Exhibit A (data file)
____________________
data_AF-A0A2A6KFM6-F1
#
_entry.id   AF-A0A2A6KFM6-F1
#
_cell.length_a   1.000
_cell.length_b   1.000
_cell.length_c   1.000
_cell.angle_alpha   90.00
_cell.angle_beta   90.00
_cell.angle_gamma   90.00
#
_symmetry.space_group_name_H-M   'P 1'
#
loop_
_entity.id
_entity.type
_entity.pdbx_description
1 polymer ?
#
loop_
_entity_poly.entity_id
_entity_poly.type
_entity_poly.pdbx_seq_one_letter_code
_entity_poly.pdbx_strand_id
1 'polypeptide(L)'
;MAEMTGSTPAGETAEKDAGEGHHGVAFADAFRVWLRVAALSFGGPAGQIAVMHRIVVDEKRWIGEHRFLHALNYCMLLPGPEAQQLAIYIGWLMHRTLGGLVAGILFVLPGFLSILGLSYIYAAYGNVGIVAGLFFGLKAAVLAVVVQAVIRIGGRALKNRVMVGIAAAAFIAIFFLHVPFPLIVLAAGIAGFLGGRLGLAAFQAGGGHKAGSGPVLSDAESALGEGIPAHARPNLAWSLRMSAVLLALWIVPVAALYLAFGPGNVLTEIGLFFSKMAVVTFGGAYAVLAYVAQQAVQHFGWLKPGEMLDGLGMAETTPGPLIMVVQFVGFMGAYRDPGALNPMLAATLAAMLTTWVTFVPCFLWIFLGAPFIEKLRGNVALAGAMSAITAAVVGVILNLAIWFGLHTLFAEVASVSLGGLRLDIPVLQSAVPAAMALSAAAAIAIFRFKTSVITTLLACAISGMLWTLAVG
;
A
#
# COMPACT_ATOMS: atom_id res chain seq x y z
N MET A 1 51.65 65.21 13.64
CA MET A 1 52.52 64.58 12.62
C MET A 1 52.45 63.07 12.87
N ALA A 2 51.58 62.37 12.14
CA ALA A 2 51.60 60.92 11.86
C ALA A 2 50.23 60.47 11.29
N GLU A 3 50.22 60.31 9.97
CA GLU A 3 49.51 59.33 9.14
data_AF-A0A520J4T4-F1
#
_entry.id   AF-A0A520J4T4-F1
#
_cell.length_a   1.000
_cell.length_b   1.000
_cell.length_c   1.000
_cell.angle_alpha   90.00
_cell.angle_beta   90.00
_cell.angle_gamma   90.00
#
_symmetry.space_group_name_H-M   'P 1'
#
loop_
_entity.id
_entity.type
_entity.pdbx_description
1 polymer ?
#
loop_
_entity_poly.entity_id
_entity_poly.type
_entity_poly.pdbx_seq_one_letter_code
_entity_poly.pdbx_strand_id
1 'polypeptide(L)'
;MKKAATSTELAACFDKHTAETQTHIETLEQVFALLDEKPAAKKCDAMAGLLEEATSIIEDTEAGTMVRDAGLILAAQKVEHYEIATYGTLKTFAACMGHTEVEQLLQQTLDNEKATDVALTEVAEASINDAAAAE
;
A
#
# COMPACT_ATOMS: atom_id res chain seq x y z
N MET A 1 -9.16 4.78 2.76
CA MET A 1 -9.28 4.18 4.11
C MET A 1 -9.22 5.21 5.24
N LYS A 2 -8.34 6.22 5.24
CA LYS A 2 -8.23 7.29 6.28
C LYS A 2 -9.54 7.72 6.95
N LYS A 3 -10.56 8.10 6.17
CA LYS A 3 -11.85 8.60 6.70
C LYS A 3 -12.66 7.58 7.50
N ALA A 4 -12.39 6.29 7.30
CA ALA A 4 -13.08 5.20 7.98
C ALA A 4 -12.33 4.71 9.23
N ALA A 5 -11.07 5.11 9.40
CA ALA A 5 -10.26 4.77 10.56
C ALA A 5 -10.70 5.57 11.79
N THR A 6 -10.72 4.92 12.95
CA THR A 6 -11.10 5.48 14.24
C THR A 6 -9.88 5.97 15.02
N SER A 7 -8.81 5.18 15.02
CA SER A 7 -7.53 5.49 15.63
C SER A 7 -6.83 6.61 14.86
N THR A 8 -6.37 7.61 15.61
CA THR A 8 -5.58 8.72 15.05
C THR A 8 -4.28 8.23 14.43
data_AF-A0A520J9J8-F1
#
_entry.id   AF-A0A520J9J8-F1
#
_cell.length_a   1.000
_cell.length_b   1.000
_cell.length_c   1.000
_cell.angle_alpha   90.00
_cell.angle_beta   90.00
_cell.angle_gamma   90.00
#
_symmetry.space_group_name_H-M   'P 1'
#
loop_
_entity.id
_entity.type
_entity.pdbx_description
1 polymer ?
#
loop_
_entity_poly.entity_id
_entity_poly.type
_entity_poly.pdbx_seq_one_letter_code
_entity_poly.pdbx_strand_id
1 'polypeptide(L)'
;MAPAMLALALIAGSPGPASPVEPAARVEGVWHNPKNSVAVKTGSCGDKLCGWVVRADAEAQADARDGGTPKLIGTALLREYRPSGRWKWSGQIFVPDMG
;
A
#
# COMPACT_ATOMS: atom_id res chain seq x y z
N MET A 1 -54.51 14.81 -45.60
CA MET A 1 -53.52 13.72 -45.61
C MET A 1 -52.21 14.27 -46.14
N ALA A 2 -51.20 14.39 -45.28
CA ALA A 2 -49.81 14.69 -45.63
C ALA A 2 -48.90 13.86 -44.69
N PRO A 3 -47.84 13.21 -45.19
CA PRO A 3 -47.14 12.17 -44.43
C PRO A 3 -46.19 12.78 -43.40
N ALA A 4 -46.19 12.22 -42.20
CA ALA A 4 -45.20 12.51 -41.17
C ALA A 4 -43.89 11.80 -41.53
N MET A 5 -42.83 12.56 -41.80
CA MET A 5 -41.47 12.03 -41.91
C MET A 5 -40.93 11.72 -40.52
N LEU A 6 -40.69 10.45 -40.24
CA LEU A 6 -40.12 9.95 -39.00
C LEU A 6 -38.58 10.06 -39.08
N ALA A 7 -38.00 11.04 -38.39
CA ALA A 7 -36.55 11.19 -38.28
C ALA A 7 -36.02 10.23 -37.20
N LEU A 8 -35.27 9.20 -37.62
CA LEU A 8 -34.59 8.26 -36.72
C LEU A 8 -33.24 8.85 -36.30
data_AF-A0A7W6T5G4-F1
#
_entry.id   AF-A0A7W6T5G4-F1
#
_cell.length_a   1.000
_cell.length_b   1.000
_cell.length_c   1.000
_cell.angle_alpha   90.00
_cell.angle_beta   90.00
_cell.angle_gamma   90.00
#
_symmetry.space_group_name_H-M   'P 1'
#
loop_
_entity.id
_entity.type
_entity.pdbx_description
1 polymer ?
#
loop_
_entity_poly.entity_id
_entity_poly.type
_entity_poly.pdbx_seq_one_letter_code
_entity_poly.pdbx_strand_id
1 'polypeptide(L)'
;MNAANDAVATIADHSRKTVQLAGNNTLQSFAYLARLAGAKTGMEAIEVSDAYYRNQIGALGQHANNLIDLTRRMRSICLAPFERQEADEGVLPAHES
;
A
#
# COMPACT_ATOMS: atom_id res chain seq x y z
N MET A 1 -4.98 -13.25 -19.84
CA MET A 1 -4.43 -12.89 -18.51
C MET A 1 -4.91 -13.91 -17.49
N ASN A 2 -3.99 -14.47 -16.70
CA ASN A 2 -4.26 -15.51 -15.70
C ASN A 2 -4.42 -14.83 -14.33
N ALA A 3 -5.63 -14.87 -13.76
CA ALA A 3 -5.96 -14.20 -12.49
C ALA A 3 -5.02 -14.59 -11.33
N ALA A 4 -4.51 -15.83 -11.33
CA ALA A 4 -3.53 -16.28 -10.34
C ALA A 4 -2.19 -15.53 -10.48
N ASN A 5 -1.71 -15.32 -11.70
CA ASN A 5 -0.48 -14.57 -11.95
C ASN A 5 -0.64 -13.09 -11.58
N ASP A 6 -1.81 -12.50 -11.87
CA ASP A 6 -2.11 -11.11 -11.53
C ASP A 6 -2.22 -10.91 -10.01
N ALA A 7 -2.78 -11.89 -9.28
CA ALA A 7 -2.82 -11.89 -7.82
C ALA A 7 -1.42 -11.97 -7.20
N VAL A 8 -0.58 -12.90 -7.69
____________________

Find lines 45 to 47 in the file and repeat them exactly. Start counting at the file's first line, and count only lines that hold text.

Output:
_cell.length_c   1.000
_cell.angle_alpha   90.00
_cell.angle_beta   90.00